Debtwire reports that Portuguese bank Novo Banco has announced its results for the first time in nine months. The bank reported a negative income before tax of EUR 355.6m for the period up to September 2017, this reflects an improvement of 34.7% over the same period in 2016. Conversely, the bank’s decision not to include additional deferred taxes in its results led to a negative net income of EUR 419.2m, which is almost 10% greater than the previous year.

During the nine month period Novo Banco reduced its loan book by EUR 2.1bn – in particular, the bank reduced its NPL portfolio to EUR 1.6bn from a total loan portfolio of EUR 2.1bn. The bank’s NPLs represented 31.5% of the bank’s total credit portfolio compared to 34.3% in September 2016. Portuguese authorities aim to speed up the reduction of negative assets and are creating a platform to scale down the national bank’s NPLs.

On 4 October 2017, Novo Banco successfully undertook a Liability Management Exercise (“LME”) with no equity dilution. On 18 October 2017 Nani Holdings subscribed for a EUR 750m capital increase, which will be increased by a further EUR 250m until the end of 2017. Nani Holding currently holds 75% of the share capital, with the Resolution Fund holding the remaining 25%.

As of 18 October 2017 Novo Banco’s status as a bridge bank was withdrawn.

  • DANA GAS PJSC LOSES UK COURT BATTLEThe case involved questions as to the validity of an amended and restated UAE law governed mudarabah agreement, a separate (UAE law governed) sale agreement and an English law governed Purchase Undertaking. Dana Gas challenged the validity and enforceability of the trustee’s rights under the Purchase Undertaking to oblige it to pay the “Exercise Fee” thereunder. Dana Gas has publically confirmed its intention to appeal the High Court’s decision. 
    1. The full judgment is available here.
    2. In his judgment, the Judge held that even on the assumption that the UAE governed documents were unenforceable as a matter of UAE law, English law would determine whether the Purchase Undertaking would be valid and enforceable. The Judge found that the Purchase Undertaking was valid and enforceable on its own terms. In particular, it was noted that it was not by accident that the Purchase Undertaking was structured to protect holders of the Sukuk from the “risk that the mudarabah and the transaction documents governed by UAE law [might] turn out to be invalid”.
    3. Dana Gas PJSC (“Dana Gas”), the Sharjah, United Arab Emirates-based energy producer, has lost its UK court battle against holders of its USD 700m Islamic bond, who included international investors Goldman Sachs and BlackRock. Mr. Justice Leggatt concluded that the grounds upon which Dana Gas brought its claim were “unfounded” and “totally without merit”.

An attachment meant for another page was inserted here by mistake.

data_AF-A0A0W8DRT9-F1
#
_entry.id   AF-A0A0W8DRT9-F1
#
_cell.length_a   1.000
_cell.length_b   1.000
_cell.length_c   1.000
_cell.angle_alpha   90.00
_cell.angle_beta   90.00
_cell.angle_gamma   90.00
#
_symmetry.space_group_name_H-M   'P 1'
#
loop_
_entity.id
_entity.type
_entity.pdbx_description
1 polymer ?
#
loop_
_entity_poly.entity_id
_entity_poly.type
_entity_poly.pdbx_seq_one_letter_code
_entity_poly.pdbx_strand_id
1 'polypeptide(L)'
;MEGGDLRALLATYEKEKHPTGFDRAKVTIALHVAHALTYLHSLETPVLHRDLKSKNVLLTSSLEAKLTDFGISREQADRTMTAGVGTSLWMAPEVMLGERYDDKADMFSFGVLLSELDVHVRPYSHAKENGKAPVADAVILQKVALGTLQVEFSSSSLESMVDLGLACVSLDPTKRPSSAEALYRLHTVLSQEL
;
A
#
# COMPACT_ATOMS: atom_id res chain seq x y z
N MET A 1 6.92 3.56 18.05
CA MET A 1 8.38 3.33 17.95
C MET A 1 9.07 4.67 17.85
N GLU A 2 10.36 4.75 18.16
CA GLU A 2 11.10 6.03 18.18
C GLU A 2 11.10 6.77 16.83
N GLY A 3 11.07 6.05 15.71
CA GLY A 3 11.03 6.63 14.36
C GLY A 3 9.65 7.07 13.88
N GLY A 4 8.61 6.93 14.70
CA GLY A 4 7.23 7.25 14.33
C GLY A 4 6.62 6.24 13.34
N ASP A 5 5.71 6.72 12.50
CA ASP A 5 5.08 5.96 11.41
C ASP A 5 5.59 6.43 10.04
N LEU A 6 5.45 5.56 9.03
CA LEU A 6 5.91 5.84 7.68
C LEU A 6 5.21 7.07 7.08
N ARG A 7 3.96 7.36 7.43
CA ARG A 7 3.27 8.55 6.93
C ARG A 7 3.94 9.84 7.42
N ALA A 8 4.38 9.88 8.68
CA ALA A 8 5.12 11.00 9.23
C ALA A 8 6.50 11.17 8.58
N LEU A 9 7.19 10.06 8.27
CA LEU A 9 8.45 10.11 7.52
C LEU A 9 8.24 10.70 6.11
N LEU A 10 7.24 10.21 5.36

The Financial Times reports that property investor Vincent Tchenguiz has settled a GBP 2.2bn lawsuit against, inter alios, Icelandic bank Kaupthing, which was linked to a mishandled investigation by the UK Serious Fraud Office (the “SFO”). Tchenguiz withdrew his claims against the bank’s winding up committee, accountancy firm Grant Thornton and two of the firm’s partners, and was ordered by the courts to pay Grant Thornton’s costs.

Despite settling this claim, the property investor stands to benefit from a loan write-off of GBP 100m and Kaupthing is said to be returning assets given as collateral by the Tchenguiz family trust against some of the bank’s loans. 

This settlement is the latest in a string of ongoing disputes over the failure of Kaupthing. In 2014, at the height of the Icelandic banking crisis, Vincent Tchenguiz settled a GBP 300m damages claim against the SFO for GBP 3m.


LEHMAN “WATERFALL II – Parts A & B” Applications for Permission to Appeal

Following the Court of Appeals Judgment on 24 October 2017, in respect of the appeals of various issues across Waterfall II Parts A & B, an Order refusing all applications for permission to appeal to the Supreme Court was passed on 6 November 2017. Parties must now apply directly to the Supreme Court should they wish to appeal the issues.  

Subsequently, the parties have filed the following Notices of Appeal seeking permission to appeal to the Supreme Court:

  • Wentworth’s Notice dated 20 November 2017 is available here;
  • the Senior Creditor Group’s Notice dated 21 November 2017 is available here; and
  • York’s Notice dated 21 November 2017 is available here.KEY TAX MEASURES
  • UK BUDGET 2017 –


The Chancellor of the Exchequer delivered the UK Budget for 2017 on 22 November 2017.

As previously announced, the UK Government intends to exempt debt issued on a multilateral trading facility (“MTF”) operated by a European Area-regulated recognised stock exchange from the obligation to withhold on account of UK income tax.

Click here to read our Client and Friends Memorandum on the key tax measures in this year’s budget.

[1]     Downgraded to B2 from B1:-- Access Bank Plc (Access), Guaranty Trust Bank Plc (GTBank), United Bank for Africa Plc (UBA) and Zenith Bank Plc (Zenith) and the long-term local and foreign currency issuer ratings of Bank of Industry, a Nigerian development bank. Downgraded to B3 from B2 the long-term foreign currency deposit ratings of Access, GTBank, UBA and Zenith, as well as those of Union Bank of Nigeria plc (Union), First Bank of Nigeria Limited (FBN) and Sterling Bank Plc (Sterling). Concurrently, Moody's downgraded the baseline credit assessments (BCAs) of Zenith and GTBank to B2 from B1.

[2]     Eligible Assets under the Draft Guideline include secured or unsecured non-performing loans of Nigerian banks and Other Financial Institutions (OFIs) and any other assets designated from time to time.

[3]     According BOFIA, “Other Financial Institutions” means “any individual, body, association or group of persons; whether corporate or unincorporated, other than the banks licensed under this Act which carries on the business of a discount house finance company and money brokerage and whose principal object include factoring, project financing, equipment leasing, debt administration, fund management, private ledger services, investment management, local purchases order financing, export financing, project consultancy, financial consultancy, pension fund management and such other business as the bank may, from time to time, designate.”